Shimer College in Oxford

Friday, 27 March 2009

The View from Malvern

The chill's not got as sharp a bite lately, and the light seems to linger ever-so longer each day. But the turn feels bittersweet, to me anyway. Spring's showing all over (the apples and cherries are blooming) and while it's beautiful, it means Shimer will be leaving Oxford in little more than a month.

Still, we have a lot planned in that time. Our senior seminar on the history of western civilization is entering rather rough, deep waters under the lowering skies of modernity (having just finished Nietzsche, Weber, Heidegger, and Arendt, we're on to Dickinson, Kafka, Welles, and Camus in the next few weeks) just as the warming air lulls us out of doors. And soon (following our return from the thesis writers' final break), we'll be hosting a farewell Open House for all our friends here in Oxford: tutors, landlords, housemates and neighbors, the staff at the Turf, and just plain friends. Of course, we'll be sure to invite the housing staff and porters at New College. They've been generous with their rooms in college all year, and for the Open House, they're lending us their Long Room, a medieval hall overlooking Queen's Lane. Those taking music tutorials are planning performances - on the piano, lute, guitar, violin, in song, and (if I can persuade others) some poetry recitals. And, to be sure, we'll be feeding the festivity with our own fare, as we've been doing lately (see Kim's post below - all of which makes me wonder if we've ever had a student do a cooking tutorial . . . ). Then, there are many of us planning last trips before returning to the states in late April and May.

But even with all this ahead of us, for days to remember it will be hard to top last Saturday. We went up to Great Malvern, about an hour and a half northwest of Oxford by train. The town perches at the upper end and lower slopes of the Malvern Hills, a chain of high bald beacons that runs southeast toward Wales just west of the Severn River. We had plans to climb the highest of these, the Worcester Beacon, after stopping in town to take in the 15th-century stained glass at the Priory. There, we found that in addition to the glass (which was magnificient despite being generally decayed and thus oddly empty in places) the Priory had other treasures. Most interesting to me were its misericords, which also date to the 15th century. The misericord is a "mercy seat" for those having to stand for long hours in the choir stalls during services. The seat itself tips up for the sitter to perch on (and thus appear to be still standing), and most are carved on the underside so that once up they reveal sometimes startlingly comic and bawdy scenes from folklore of a decidely non-sacred bent. Here, I offer a photo of one that I have no explanation or source for except that its neighbor depicted a medieval doctor taking a urine sample from his bedridden patient. Most misericords aren't quite so broadly comic. (At least I hope this is supposed to be comic; and I apologize if anyone's offended, but I find myself delighting in these eruptions of the everyday and often brazenly profane medieval imagination into the otherwise otherworldliness of the gothic. Think Chaucer, I guess, or Piers Plowman, which has the Malvern hills as its opening setting).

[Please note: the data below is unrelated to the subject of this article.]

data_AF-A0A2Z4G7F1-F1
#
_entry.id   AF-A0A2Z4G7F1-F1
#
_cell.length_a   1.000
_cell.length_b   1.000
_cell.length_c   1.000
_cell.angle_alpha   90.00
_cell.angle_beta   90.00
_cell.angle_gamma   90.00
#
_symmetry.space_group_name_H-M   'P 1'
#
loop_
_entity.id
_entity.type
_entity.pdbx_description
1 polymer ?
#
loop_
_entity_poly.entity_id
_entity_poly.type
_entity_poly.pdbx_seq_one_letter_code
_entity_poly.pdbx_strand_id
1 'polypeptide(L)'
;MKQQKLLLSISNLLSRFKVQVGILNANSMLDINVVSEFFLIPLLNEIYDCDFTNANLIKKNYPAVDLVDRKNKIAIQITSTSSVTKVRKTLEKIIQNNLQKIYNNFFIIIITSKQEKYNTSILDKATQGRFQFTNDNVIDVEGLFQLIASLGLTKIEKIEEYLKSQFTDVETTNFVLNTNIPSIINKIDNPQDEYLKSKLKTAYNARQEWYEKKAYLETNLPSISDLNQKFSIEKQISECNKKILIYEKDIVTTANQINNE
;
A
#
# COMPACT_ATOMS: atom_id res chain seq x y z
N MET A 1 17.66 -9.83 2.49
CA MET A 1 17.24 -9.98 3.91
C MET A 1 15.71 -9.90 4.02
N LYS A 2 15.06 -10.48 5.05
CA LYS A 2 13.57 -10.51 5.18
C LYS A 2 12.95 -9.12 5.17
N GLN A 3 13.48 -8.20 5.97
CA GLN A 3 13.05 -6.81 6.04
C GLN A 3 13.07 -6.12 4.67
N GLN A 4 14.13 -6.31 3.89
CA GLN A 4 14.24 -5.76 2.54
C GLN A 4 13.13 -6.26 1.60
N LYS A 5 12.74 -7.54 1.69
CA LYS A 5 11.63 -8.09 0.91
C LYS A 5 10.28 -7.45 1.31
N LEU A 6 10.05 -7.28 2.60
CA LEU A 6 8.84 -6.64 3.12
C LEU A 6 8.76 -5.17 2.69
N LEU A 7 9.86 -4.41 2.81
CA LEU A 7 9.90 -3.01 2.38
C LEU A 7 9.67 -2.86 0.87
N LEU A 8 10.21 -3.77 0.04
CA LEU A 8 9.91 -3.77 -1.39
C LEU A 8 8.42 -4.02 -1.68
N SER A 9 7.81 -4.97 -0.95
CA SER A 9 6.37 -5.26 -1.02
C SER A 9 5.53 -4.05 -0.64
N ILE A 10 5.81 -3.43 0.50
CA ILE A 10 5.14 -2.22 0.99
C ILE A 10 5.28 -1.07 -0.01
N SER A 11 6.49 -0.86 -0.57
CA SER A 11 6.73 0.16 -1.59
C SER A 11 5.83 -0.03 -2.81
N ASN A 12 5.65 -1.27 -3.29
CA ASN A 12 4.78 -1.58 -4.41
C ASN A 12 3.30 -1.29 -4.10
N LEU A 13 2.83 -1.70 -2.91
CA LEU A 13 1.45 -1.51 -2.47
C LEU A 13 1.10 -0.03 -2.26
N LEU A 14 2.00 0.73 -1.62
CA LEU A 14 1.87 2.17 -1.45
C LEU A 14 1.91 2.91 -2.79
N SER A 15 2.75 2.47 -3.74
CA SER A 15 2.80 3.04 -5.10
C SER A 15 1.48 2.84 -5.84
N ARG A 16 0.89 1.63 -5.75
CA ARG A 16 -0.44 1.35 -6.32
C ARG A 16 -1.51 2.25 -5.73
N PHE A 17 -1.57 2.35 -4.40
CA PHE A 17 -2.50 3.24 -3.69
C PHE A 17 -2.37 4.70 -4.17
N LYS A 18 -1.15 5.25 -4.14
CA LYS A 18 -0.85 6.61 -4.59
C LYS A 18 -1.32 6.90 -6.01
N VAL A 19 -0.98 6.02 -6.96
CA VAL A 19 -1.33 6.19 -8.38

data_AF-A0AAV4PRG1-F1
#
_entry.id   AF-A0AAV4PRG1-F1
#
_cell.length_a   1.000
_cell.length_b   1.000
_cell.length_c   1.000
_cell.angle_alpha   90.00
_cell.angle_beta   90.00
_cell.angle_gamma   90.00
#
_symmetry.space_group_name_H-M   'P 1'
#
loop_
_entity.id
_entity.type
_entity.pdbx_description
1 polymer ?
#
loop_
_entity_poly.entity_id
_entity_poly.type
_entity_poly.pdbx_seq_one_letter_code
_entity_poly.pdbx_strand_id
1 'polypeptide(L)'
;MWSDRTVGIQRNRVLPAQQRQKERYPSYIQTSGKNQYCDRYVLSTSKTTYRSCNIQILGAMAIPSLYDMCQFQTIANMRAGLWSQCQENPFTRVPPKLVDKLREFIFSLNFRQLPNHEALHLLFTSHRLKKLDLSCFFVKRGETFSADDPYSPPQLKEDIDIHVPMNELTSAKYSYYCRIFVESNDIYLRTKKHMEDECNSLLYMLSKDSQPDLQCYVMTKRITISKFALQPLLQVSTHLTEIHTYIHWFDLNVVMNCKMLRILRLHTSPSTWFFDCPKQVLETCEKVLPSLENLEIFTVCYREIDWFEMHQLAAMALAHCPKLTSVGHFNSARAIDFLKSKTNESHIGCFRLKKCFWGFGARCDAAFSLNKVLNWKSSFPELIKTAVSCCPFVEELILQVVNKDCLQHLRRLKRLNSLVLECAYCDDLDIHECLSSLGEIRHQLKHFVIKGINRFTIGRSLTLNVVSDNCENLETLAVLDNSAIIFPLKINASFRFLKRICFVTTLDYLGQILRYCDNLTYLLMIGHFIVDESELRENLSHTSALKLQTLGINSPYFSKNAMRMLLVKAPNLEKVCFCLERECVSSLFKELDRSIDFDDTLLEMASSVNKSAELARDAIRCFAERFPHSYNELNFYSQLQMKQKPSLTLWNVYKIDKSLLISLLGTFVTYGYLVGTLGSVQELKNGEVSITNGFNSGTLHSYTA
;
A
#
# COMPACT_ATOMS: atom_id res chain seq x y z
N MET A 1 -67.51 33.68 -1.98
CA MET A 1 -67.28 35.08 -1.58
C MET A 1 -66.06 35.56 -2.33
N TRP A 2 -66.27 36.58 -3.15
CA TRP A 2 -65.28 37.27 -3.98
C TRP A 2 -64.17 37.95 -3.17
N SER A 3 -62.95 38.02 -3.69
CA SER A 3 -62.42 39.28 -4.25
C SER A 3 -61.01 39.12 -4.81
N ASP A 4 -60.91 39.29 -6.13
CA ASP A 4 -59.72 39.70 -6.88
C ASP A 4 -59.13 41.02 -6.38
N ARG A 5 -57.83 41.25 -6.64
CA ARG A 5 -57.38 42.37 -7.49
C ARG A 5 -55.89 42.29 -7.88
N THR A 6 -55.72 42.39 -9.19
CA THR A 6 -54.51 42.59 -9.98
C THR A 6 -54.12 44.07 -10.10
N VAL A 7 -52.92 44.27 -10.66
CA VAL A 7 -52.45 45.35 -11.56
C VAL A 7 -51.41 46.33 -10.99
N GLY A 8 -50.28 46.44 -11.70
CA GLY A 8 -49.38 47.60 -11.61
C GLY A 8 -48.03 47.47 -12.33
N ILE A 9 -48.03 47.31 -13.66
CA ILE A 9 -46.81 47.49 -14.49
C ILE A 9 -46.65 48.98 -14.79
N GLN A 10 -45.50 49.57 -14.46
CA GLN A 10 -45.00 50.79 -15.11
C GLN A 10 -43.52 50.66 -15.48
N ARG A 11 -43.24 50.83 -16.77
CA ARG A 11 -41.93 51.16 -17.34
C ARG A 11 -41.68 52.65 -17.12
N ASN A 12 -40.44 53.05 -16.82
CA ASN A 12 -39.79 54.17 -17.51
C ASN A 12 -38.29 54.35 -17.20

One other thing we discovered at the Malvern Priory was the apparent inspiration for the early passage in The Lion, the Witch and the Wardrobe by C.S. Lewis (a student in Malvern once upon a time) in which Lucy enters Narnia through the back of an old wardrobe after seeing a gas light shining through a small hole. Here's my best shot of what purports to be that very hole and gaslight (one of those which do march, oddly, right up into the woods out of town, just as in the books). The hole here is for the key to the back door of the Priory itself, which looks out onto a grassy lane toward the market square. So, here we were walking off into a fantastical Christian allegory, rather than Worcestershire, as we'd thought.
But first, we lounged (not for the first or last time) in the cemetery outside, where Darwin buried his daughter after the waters at Malvern failed to cure a fever. The waters themselves are spring fed, and much of it comes from St. Ann's Well, our next stop (after a few more breaks, of course) about a third of the way up the mountain (which the Beacon is, really, being more than a thousand feet from stem to stern, as one of our number accounted it). From St. Ann's Well and the Octagon Cafe (Shimer's next business venture, anyone?) we made our way staunchly, and finally a bit raggedly, up the side of the hill, which rises in a half mile from 50 (at the train station) to 425 meters (that's about 1230 feet). It's a good walk. But we got to the top. As we crested, we noticed a kestrel hawk hovering, fixed in the air, over the lower, eastern, windward slopes. Kate mentioned a poem by Gerard Manley Hopkins that she'd read in her literature tutorial, the Windhover:

. . . this morning morning’s minion, king- / dom of daylight’s dauphin, daple-dawn-drawn Falcon, in his riding / Of the rolling level underneath him steady air, and striding / High there, how he rung upon the rein of a wimpling wing / In his ecstasy!